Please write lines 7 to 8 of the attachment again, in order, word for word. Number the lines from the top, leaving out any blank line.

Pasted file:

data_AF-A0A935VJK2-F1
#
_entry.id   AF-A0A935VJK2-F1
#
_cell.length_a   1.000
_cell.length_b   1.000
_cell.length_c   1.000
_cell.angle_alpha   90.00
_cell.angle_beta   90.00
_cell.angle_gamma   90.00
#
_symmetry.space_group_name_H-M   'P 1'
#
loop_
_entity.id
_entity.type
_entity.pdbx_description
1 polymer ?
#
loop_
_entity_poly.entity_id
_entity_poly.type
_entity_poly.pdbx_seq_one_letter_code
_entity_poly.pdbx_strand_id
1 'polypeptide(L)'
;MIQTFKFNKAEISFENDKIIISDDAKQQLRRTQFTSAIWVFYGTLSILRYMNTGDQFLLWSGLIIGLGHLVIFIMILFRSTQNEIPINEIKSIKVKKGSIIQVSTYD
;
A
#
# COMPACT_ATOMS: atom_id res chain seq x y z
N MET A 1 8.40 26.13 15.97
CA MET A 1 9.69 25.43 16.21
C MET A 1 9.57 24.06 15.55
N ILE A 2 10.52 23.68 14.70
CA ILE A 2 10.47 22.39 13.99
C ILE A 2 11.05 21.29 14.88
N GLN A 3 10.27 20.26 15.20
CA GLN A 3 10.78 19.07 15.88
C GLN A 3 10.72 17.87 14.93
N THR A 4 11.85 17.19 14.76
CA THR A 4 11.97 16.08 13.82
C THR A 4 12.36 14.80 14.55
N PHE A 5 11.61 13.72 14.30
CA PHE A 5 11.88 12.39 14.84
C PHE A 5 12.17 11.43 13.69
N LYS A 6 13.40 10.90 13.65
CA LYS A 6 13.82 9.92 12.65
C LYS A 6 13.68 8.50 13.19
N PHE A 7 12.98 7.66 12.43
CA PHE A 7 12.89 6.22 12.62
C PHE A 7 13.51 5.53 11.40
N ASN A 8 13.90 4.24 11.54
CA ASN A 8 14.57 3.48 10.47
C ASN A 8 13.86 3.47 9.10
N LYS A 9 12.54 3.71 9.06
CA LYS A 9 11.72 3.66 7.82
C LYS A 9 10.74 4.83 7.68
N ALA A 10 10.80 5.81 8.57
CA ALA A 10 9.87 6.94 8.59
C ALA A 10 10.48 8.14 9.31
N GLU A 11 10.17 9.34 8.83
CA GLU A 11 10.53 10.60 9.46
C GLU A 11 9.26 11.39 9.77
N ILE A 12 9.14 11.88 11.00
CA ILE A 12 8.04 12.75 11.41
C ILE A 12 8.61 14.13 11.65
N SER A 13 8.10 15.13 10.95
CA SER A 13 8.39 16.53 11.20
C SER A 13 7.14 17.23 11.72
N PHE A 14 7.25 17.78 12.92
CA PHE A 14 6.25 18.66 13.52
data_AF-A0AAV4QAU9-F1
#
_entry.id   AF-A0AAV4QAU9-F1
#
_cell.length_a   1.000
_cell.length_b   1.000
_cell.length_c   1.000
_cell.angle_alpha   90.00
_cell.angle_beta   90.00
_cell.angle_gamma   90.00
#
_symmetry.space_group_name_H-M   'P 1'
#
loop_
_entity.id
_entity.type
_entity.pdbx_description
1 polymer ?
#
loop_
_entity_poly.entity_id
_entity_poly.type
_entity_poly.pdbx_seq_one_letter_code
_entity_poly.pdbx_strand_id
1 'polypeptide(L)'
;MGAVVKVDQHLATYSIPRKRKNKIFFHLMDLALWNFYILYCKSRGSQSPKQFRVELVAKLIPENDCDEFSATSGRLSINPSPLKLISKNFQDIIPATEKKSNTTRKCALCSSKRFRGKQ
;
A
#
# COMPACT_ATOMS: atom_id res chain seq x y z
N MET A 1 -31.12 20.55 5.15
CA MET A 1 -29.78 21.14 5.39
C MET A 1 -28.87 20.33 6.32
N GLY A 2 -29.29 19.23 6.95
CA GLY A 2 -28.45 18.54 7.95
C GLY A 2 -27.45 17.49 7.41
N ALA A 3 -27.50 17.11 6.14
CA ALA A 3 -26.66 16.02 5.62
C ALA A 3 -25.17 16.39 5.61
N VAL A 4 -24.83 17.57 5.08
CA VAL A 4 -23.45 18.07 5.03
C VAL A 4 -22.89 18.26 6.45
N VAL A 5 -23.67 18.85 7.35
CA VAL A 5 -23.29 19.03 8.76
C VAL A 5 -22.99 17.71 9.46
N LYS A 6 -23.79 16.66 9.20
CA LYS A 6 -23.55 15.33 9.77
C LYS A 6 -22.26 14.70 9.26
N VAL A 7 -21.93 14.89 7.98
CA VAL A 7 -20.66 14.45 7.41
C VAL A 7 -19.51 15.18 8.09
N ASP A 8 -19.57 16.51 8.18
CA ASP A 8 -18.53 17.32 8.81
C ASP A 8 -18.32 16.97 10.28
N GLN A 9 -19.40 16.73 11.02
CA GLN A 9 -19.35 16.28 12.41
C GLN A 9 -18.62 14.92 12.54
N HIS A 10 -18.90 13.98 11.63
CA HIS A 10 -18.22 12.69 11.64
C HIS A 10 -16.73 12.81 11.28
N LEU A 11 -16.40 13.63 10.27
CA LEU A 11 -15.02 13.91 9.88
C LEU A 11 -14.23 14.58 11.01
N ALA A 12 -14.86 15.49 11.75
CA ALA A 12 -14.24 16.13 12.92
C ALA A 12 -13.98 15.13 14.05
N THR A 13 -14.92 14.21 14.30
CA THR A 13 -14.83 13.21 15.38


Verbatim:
_cell.length_c   1.000
_cell.angle_alpha   90.00